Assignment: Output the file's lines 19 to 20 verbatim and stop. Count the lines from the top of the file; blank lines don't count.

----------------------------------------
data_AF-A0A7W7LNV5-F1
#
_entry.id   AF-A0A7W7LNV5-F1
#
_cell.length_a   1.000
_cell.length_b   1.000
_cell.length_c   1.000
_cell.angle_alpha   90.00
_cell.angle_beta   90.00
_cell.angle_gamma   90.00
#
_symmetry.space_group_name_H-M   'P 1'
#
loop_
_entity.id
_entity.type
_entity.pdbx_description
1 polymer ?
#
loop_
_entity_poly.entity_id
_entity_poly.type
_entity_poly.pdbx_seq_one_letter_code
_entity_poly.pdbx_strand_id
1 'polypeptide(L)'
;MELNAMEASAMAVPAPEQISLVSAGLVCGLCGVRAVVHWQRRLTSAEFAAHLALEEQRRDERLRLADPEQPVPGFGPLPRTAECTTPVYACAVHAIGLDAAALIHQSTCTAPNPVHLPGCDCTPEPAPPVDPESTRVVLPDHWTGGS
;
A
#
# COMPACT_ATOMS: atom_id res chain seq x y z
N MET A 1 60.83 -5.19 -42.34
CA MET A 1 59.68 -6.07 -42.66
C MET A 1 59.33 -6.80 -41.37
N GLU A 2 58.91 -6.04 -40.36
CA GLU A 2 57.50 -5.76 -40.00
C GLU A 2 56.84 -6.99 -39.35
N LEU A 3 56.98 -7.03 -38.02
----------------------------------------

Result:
#
loop_